Residents in League City still won’t be able to use limited fireworks on their property during New Year’s and Fourth of July celebrations.

The backstory

On May 14, League City City Council voted against updating the city’s code of ordinances to allow residents to light fireworks within city limits on certain holidays.

The vote was 3-5, with council members Justin Hicks, Andy Mann, Tommy Cones, Courtney Chadwell and Mayor Nick Long opposing changing the ordinance.

The updated ordinance would have allowed residents over the age of 18 who hold a permit from the city to discharge fireworks during the New Year’s and Fourth of July holidays, according to agenda documents.

Unless cities permit lighting fireworks in their jurisdiction, Galveston County residents can only light fireworks in unincorporated areas, said Cones, who is also a former League City Fire Department volunteer firefighter.

Those against

Hicks said he trusted League City residents to follow the guidelines for safely using fireworks but did not trust that visitors from other cities would follow the ordinances.

“What if other people from other cities come inside and set them off?” Hicks said. “Until we can figure out how to mitigate that, we may have to do it another way.”

Chadwell, who is also a volunteer firefighter with the League City Fire Department, voted against the amendment, citing safety concerns.

Cones said he strongly opposed allowing residents to light fireworks in the city because of safety concerns and how it would affect the city’s Insurance Services Office score, which is at a 1—the scale’s highest possible score.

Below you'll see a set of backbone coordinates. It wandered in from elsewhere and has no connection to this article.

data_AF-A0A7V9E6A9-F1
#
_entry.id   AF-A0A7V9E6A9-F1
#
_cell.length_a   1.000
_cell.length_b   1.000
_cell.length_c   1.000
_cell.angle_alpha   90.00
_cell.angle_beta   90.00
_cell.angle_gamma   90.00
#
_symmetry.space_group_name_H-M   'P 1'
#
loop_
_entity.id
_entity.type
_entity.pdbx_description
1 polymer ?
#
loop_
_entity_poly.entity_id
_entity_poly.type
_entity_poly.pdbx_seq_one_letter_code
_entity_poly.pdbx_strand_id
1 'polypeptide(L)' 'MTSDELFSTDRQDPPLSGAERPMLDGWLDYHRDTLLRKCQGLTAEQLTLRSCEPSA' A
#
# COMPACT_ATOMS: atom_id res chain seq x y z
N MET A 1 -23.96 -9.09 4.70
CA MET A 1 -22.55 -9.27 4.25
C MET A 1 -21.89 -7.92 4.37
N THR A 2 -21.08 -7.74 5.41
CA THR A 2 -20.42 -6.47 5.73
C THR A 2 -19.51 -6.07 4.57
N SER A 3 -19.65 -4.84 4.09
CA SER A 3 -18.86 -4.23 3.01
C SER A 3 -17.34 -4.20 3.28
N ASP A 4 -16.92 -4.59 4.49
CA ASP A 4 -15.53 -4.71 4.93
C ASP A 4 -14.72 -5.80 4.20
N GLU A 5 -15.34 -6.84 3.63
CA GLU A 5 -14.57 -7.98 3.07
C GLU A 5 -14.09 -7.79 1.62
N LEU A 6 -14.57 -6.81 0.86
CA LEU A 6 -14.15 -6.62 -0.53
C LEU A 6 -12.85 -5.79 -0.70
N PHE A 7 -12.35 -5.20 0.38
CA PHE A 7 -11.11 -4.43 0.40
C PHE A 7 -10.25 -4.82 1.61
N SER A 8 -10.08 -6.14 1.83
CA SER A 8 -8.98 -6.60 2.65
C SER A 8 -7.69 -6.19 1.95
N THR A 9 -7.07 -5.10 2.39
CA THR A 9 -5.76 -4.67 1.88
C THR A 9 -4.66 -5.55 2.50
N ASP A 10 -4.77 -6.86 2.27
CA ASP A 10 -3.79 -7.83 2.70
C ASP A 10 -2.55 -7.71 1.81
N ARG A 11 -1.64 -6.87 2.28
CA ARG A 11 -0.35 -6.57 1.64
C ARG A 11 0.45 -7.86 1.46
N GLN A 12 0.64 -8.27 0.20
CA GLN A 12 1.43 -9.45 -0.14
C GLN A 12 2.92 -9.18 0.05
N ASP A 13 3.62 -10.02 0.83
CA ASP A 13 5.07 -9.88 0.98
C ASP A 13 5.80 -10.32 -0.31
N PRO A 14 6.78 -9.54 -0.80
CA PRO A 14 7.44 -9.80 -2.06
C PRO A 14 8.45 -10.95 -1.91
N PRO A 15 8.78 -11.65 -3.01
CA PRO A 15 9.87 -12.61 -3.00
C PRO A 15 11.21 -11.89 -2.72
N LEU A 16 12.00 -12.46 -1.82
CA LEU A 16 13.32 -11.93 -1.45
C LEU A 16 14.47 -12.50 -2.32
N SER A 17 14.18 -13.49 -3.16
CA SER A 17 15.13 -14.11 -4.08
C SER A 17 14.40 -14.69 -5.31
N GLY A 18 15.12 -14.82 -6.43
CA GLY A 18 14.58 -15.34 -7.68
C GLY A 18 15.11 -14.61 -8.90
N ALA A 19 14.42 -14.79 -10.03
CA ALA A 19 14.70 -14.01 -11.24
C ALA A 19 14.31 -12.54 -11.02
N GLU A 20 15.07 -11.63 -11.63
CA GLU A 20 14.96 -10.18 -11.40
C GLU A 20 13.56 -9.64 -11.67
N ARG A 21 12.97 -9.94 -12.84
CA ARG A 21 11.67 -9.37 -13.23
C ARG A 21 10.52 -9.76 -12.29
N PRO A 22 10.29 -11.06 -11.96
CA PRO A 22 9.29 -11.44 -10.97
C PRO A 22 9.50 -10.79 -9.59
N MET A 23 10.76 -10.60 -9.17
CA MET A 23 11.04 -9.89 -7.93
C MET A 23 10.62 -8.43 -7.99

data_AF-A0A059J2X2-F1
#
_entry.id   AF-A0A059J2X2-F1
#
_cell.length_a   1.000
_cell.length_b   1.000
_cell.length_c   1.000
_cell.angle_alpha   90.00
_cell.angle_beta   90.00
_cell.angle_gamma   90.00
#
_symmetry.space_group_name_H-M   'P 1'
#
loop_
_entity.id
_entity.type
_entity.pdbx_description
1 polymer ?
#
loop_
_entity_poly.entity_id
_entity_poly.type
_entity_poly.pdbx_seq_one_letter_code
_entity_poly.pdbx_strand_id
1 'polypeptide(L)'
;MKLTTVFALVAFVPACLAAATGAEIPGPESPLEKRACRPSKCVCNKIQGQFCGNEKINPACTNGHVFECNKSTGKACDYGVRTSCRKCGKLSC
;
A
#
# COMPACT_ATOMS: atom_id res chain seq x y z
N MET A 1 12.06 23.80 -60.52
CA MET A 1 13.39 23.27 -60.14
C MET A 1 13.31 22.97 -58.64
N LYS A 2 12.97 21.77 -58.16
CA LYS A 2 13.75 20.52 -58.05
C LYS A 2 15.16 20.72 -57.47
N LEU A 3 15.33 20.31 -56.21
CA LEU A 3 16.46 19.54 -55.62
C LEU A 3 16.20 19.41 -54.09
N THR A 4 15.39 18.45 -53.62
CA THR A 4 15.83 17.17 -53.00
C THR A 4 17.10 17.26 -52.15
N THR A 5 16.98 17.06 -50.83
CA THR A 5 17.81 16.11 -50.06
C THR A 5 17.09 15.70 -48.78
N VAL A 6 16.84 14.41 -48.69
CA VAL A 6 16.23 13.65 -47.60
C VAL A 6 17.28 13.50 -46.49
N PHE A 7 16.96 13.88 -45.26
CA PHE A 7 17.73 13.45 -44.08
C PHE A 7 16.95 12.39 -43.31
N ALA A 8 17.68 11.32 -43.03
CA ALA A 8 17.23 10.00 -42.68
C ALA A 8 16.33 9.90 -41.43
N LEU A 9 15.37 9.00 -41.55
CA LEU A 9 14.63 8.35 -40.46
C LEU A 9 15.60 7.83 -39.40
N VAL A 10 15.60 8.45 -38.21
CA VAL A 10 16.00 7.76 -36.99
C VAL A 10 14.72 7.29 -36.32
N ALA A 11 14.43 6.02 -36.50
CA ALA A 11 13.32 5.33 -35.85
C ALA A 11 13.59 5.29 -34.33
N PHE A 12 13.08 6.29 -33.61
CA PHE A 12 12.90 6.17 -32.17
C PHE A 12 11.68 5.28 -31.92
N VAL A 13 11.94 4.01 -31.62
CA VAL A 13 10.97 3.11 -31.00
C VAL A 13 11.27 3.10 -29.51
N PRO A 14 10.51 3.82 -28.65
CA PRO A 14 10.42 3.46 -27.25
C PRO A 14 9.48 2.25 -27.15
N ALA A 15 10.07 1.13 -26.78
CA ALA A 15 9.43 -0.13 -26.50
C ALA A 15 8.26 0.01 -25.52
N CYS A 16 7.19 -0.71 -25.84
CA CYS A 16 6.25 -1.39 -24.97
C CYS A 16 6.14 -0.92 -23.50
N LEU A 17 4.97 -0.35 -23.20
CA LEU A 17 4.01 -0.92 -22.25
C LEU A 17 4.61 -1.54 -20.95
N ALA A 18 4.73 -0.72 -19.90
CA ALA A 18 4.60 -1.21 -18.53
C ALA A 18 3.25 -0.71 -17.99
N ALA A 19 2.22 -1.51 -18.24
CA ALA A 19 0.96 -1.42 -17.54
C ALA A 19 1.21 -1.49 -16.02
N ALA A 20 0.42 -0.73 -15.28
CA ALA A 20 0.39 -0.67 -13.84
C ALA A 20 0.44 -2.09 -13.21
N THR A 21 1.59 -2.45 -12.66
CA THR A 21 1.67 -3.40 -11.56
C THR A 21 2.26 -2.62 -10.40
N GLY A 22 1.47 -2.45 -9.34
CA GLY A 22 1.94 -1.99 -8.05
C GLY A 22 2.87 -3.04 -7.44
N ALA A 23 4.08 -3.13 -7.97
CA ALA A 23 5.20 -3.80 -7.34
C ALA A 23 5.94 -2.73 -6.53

“I think this idea is one of the most ludicrous city ordinances I’ve ever seen come before City Council for many reasons,” Cones said.

The ISO assesses fire departments adherence to safety and operational standards to determine property insurance costs, according to the Texas Department of Insurance.

Community Impact previously reported League City will be graded for a new ISO in 2026.

Those in favor

Council member Sean Saunders said he supported changing the ordinance because he has witnessed people shooting off fireworks, despite it being against the law, throughout the week surrounding the holidays. He felt that designating specific days for shooting fireworks would discourage people from using them on other days.

“We’re not going to be able to stop the fireworks,” Saunders said. “We don’t have enough police officers. We don’t have enough fire marshals on the streets to stop the fireworks.”

Council member Chad Tressler said he supported updating the ordinance and felt fellow council members were framing the motion as if it would completely deregulate fireworks in League City, when, in his opinion, the move would simply change the regulations.

“Putting guidelines on safe usage is still an ordinance in place, Tressler said.

Next steps

Mann voted against the amendment but said he would support adding it to the Nov. 5 ballot for voters to decide in a referendum.

“We can try to define the will of the people, or we can put it on a referendum in November,” Mann said.